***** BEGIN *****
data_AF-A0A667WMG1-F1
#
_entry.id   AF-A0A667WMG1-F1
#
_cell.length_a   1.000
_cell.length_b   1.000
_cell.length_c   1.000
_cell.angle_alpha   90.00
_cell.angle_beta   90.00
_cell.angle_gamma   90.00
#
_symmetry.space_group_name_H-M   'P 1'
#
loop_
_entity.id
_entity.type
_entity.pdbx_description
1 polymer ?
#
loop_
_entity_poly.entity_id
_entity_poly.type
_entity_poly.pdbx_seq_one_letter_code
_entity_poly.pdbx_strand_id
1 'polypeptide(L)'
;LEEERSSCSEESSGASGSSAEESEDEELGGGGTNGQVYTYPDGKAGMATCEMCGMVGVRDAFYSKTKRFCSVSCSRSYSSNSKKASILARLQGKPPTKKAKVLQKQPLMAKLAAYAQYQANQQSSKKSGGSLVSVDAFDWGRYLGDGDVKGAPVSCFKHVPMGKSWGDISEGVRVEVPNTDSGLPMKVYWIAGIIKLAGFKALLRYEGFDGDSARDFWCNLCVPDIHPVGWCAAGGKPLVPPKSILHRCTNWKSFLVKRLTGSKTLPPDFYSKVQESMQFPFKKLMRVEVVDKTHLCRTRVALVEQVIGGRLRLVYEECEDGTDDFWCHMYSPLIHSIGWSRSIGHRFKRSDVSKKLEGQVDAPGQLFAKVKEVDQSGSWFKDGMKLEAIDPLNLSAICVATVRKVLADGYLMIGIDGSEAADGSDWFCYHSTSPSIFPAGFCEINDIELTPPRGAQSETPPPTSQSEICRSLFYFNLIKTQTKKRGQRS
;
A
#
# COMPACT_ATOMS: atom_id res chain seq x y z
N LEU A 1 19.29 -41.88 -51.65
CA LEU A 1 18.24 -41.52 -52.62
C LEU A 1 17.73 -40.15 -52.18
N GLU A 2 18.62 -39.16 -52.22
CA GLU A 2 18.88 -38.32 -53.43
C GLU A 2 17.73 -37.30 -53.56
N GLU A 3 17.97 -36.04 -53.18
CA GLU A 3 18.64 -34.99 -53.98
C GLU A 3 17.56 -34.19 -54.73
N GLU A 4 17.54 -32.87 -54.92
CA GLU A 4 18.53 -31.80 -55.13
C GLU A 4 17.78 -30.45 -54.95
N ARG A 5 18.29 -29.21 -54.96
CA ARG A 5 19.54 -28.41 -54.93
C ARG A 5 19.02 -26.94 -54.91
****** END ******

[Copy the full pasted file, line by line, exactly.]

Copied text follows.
data_AF-A0A667WMG1-F1
#
_entry.id   AF-A0A667WMG1-F1
#
_cell.length_a   1.000
_cell.length_b   1.000
_cell.length_c   1.000
_cell.angle_alpha   90.00
_cell.angle_beta   90.00
_cell.angle_gamma   90.00
#
_symmetry.space_group_name_H-M   'P 1'
#
loop_
_entity.id
_entity.type
_entity.pdbx_description
1 polymer ?
#
loop_
_entity_poly.entity_id
_entity_poly.type
_entity_poly.pdbx_seq_one_letter_code
_entity_poly.pdbx_strand_id
1 'polypeptide(L)'
;LEEERSSCSEESSGASGSSAEESEDEELGGGGTNGQVYTYPDGKAGMATCEMCGMVGVRDAFYSKTKRFCSVSCSRSYSSNSKKASILARLQGKPPTKKAKVLQKQPLMAKLAAYAQYQANQQSSKKSGGSLVSVDAFDWGRYLGDGDVKGAPVSCFKHVPMGKSWGDISEGVRVEVPNTDSGLPMKVYWIAGIIKLAGFKALLRYEGFDGDSARDFWCNLCVPDIHPVGWCAAGGKPLVPPKSILHRCTNWKSFLVKRLTGSKTLPPDFYSKVQESMQFPFKKLMRVEVVDKTHLCRTRVALVEQVIGGRLRLVYEECEDGTDDFWCHMYSPLIHSIGWSRSIGHRFKRSDVSKKLEGQVDAPGQLFAKVKEVDQSGSWFKDGMKLEAIDPLNLSAICVATVRKVLADGYLMIGIDGSEAADGSDWFCYHSTSPSIFPAGFCEINDIELTPPRGAQSETPPPTSQSEICRSLFYFNLIKTQTKKRGQRS
;
A
#
# COMPACT_ATOMS: atom_id res chain seq x y z
N LEU A 1 19.29 -41.88 -51.65
CA LEU A 1 18.24 -41.52 -52.62
C LEU A 1 17.73 -40.15 -52.18
N GLU A 2 18.62 -39.16 -52.22
CA GLU A 2 18.88 -38.32 -53.43
C GLU A 2 17.73 -37.30 -53.56
N GLU A 3 17.97 -36.04 -53.18
CA GLU A 3 18.64 -34.99 -53.98
C GLU A 3 17.56 -34.19 -54.73
N GLU A 4 17.54 -32.87 -54.92
CA GLU A 4 18.53 -31.80 -55.13
C GLU A 4 17.78 -30.45 -54.95
N ARG A 5 18.29 -29.21 -54.96
CA ARG A 5 19.54 -28.41 -54.93
C ARG A 5 19.02 -26.94 -54.91